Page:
GARDEN STATE: Zach Braff, Natalie Portman, Peter Sarsgaard, Ian Holm, Ron Liebman, Method Man, Ann Dowd, Denis O’Hare, Michael Weston, Jean Smart, Jim Parsons, Jackie Hoffman, Amy Ferguson, Ato Essandoh, George C. Wolfe (Written and directed by Zach Braff; Miramax and Fox Searchlight) Writer-director Braff, who will be familiar to you if you’re a fan of TV’s “Scrubs,” cast himself in the leading role of Andrew Largeman, a Jersey boy who makes it big as an actor in Hollywood. But, as it turns out, Andrew has a rather large problem in making it big with the folks back home when he returns for his mother’s funeral. For trailer, click here. Now Playing

SHE HATE ME: Anthony Mackie, Kerry Washington, Woody Harrelson, Ellen Barkin, Brian Dennehy, Monica Bellucci, Jim Brown, John Turturro, Chiwetel Ejiofor, Sarita Choudhury, Ossie Davis, Lonette McKee (Directed by Spike Lee; Written by Michael Genet; Sony Pictures Classics) Jack Armstrong, the all-American whistleblower, is fired for exposing the corrupt conduct of his bosses. Luckily, his ex-fiancee makes it possible for him to survive. All he has to do to make a quick $180,000 is impregnate her 18 lesbian girlfriends. Anthony Mackie reportedly struts genuine star stuff in the role of Armstrong. For trailer, click here. Now Playing

HAROLD AND KUMAR GO TO WHITE CASTLE: John Cho, Kal Penn, Fred Willard, Paula Garces, Neil Patrick Harris, David Krumholtz, Eddie Kaye Thomas, Christopher Meloni (Directed by Danny Leiner; Written by Jon Hurwitz and Hayden Schlossberg; New Line) Two New Jersey roommates—one of them Chinese-American, the other Indian-American—get a little higher on dope than usual one Friday and travel a long night’s journey into day in search of a White Castle burger. If you loved “Dude, Where’s My Car,” also directed by Danny Leiner, you’ll probably feel the same about this little gross-out. For trailer, click here. Now Playing

INTIMATE STRANGERS: Sandrilne Bonnaire, Fabrice Luchini, Michel Duchaussoy, Anne Brochet, Laurent Gamelon, Helene Surgere, Gilbert Melki, Urbain Cancelier (Directed by Patrice Leconte; Written by Jerome Tonnerre; Paramount Classics) In her first session with a new shrink, a dazzling woman spills her guts about her sex life. The only problem is that she has wandered into the wrong office, and the timid chap to whom she is confiding her secrets is in fact a tax accountant. But he’s too taken with her to fess up. Talk about meeting cute! For trailer, click here. Now Playing

THE MANCHURIAN CANDIDATE: Denzel Washington, Meryl Streep, Liev Schreiber, Jon Voight, Kimberly Elise, Jeffrey Wright, Ted Levine, Bruno Ganz, Miguel Ferrer, Dean Stockwell, Jude Ciccolella, Simon McBurney, Vera Farmiga, Obba Babatunde, Zeljko Ivanek, Charles Napier (Directed by Jonathan Demme; Written by Dean Georgaris and Daniel Pyne; Paramount) Denzel Washington gave one of his finest performances--playing a homophobic lawyer who defends a man dying of AIDS--under the direction of Jonathan Demme in "Philadelphia" (1993). Eleven years later, the two have reteamed on a remake of "The Manchurian Candidate," John Frankenheimer's 1962 classic about an American soldier who is brainwashed by his captors during the Korean War and ordered to shoot a U.S. presidential candidate. Frank Sinatra, who starred as an Army major who tries to prevent the shooting, was so shattered by the assassination of JFK the following year that he reportedly made an effort to have his own movie permanently shelved. Whatever the case, his daughter Tina has co-produced the new version with Scott Rudin. Liev Schreiber attempts to fill the shoes of Laurence Harvey as the potential killer, and Meryl Streep plays the manipulative mommie made so chillingly memorable by Angela Lansbury in the original film. And replacing the Korean War, now considered so over, the Gulf War serves as the conflict that sets evil things in motion. To read a Critics Roundup on "The Manchurian Candidate," click here. For trailer, click here. Now Playing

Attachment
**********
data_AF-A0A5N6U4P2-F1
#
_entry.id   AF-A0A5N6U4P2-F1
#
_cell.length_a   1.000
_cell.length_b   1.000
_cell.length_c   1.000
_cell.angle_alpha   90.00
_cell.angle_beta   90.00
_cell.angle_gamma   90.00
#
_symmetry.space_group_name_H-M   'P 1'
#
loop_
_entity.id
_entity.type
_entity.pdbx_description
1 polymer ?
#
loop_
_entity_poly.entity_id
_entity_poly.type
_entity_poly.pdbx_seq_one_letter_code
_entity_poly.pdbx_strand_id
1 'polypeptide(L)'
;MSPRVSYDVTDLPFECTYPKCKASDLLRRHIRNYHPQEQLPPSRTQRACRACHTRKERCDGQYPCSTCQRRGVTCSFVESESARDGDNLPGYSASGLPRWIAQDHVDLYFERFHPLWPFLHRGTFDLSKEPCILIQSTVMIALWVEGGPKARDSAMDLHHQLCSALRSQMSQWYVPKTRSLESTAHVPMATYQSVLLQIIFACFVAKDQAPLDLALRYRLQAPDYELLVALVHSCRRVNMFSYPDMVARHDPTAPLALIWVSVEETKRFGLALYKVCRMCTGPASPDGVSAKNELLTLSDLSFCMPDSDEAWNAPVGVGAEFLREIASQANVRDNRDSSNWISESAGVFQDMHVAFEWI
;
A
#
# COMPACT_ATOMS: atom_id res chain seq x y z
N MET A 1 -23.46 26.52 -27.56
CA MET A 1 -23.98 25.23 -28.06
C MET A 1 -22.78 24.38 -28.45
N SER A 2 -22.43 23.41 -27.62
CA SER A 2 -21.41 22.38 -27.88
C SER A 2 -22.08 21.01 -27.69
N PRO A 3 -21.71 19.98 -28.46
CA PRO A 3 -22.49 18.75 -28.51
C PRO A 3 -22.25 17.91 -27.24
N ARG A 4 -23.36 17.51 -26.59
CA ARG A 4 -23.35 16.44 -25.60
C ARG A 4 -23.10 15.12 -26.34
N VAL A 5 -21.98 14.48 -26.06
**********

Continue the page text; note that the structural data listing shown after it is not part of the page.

THUNDERBIRDS: Ben Kingsley, Bill Paxton, Brady Corbet, Anthony Edwards, Sophia Myles, Ron Cook, Soren Ïultonb, Vanessa Anne Hudgens, Rose Keegan (Directed by Jonathan Frakes; Written by William Osborne, Michael McCullers; Universal) Hood, an unscrupulous, sneeringly nasty Brit with a very special telekinetic gift (Ben Kingsley), is about to train his evil gaze upon the Bank of England. And the only ones who can short-circuit his illicit pursuit of profit are super-smart billionaire (Bill Paxton) and his super-wholesome sons. Now Playing

THE VILLAGE: Joaquin Phoenix, Bryce Howard, William Hurt, Sigourney Weaver, Adrien Brody, Judy Greer, Brendan Gleeson, Michael Pitt, Cherry Jones, Jayne Atkinson, Celia Weston, Fran Kranz (Directed by M. Night Shyamalan; Disney/Buena Vista) Here's a movie with a little of something for everybody. The auteur behind the tale of scary, not-quite-human creatures who've nestled into the woods adjacent to a Pennsylvania town is M. Night Shyamalan, director of such other-worldly terror flicks as "The Sixth Sense" and "Signs." The movie (set in the late 19th century--so you needn't worry that this alien invasion of U.S. turf is happening NOW) reunites Shyamalan with Joachin Phoenix, one of the least offensive performers in "Signs." It also reteams Sigourney Weaver and William Hurt, that striking twosome from the little-seen, seldom praised 1981 thriller, "Eyewitness" (Sigourney plays Joaquin's mom and we can only hope that Bill plays his pop.) What else will this flick do for us? It will give us a chance to finally view Adrien Brody in a movie that wasn't shot eons before he won his "Pianist" Oscar, and it will showcase Bryce Howard in her most prominent appearance since she made her feature debut as a kid in daddy Ron's "Apollo 13" in 1995. Who could ask for anything more? Only those with a low tolerance for in-your-face mysticism. To read a Critics Roundup on "The Village," click here. For trailer, click here. Now Playing